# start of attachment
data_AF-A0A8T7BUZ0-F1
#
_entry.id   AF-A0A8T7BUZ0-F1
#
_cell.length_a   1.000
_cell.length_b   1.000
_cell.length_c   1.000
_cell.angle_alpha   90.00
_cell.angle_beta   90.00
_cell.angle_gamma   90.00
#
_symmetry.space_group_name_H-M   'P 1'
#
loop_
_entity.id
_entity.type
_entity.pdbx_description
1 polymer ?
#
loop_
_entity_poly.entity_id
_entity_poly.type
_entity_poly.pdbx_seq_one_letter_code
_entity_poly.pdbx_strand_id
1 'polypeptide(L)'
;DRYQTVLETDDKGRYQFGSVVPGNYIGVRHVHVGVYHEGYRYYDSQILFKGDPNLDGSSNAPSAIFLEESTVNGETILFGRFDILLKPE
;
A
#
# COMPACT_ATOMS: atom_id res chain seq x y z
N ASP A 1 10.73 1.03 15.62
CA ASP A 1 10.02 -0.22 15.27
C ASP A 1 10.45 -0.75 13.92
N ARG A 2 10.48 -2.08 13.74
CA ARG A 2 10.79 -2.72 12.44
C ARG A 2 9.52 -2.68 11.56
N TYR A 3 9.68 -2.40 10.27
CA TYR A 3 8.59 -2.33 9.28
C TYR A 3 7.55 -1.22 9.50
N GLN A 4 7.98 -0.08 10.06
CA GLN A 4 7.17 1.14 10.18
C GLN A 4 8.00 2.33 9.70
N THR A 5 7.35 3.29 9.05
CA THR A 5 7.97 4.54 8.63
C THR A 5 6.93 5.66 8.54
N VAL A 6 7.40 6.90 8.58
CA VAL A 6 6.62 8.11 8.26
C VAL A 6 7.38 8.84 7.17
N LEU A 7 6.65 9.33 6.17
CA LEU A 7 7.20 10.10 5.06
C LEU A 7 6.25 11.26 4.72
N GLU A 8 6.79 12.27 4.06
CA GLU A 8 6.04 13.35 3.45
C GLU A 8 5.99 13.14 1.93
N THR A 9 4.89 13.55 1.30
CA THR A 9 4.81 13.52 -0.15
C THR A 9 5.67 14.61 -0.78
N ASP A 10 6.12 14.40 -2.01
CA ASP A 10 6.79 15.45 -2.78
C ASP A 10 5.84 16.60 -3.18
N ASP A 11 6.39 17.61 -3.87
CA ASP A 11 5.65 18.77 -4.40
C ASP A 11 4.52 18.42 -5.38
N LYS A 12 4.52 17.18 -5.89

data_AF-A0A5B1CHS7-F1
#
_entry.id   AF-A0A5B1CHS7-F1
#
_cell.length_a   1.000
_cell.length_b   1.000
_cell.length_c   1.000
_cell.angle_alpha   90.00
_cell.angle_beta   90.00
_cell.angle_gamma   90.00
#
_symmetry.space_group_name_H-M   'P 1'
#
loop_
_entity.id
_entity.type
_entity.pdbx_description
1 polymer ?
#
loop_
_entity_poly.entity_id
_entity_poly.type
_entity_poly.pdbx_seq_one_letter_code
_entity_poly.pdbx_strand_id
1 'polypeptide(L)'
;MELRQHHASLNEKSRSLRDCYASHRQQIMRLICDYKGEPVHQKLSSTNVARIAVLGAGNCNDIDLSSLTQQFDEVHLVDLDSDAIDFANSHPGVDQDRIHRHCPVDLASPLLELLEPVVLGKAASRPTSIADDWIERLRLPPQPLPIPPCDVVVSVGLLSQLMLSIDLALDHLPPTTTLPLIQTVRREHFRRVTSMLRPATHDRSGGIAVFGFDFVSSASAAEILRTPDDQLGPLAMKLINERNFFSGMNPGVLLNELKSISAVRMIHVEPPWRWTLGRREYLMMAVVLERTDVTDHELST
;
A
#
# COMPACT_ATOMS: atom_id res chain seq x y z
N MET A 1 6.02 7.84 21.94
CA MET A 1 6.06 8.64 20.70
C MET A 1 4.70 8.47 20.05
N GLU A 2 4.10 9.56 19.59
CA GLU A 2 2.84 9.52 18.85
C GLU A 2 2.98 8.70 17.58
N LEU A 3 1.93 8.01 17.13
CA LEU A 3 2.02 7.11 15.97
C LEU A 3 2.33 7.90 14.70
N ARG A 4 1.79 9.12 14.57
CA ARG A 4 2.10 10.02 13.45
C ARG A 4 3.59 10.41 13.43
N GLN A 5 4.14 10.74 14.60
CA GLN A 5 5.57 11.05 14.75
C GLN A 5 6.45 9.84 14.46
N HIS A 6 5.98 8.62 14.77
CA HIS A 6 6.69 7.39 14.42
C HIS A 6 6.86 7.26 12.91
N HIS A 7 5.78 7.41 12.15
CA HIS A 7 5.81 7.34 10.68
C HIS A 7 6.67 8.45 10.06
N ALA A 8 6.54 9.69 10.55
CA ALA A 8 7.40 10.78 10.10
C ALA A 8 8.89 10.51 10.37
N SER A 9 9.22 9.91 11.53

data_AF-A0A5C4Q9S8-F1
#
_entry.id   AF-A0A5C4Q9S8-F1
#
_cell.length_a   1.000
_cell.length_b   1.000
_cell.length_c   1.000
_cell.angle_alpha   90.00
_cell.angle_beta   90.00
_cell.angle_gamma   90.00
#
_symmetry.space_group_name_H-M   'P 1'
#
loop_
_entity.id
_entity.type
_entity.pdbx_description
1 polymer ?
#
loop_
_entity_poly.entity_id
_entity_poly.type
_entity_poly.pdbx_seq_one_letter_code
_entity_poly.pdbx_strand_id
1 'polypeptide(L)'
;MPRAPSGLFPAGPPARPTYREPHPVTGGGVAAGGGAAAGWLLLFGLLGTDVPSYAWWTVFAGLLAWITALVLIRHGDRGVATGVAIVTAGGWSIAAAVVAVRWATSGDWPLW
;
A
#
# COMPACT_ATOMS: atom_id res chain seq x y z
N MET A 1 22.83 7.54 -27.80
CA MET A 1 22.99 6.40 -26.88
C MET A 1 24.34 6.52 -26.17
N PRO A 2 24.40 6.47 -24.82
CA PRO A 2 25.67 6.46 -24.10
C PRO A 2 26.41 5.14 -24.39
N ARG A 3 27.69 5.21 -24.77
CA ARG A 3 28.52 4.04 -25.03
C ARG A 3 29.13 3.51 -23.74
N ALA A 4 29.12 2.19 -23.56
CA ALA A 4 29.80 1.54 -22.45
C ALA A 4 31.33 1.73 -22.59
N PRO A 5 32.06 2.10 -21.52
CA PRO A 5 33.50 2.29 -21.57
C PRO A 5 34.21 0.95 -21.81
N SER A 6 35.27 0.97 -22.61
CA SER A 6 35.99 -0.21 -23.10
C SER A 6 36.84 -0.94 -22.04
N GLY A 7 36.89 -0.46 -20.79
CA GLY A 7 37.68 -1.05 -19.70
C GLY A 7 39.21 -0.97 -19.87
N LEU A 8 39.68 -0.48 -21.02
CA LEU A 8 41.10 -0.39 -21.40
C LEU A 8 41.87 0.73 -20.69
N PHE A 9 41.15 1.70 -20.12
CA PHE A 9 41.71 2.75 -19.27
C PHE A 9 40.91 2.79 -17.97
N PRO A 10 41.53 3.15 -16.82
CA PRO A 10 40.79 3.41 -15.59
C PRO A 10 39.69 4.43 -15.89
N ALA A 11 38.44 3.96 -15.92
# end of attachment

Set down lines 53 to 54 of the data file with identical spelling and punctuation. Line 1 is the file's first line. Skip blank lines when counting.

CA GLU A 8 6.04 13.35 3.45
C GLU A 8 5.99 13.14 1.93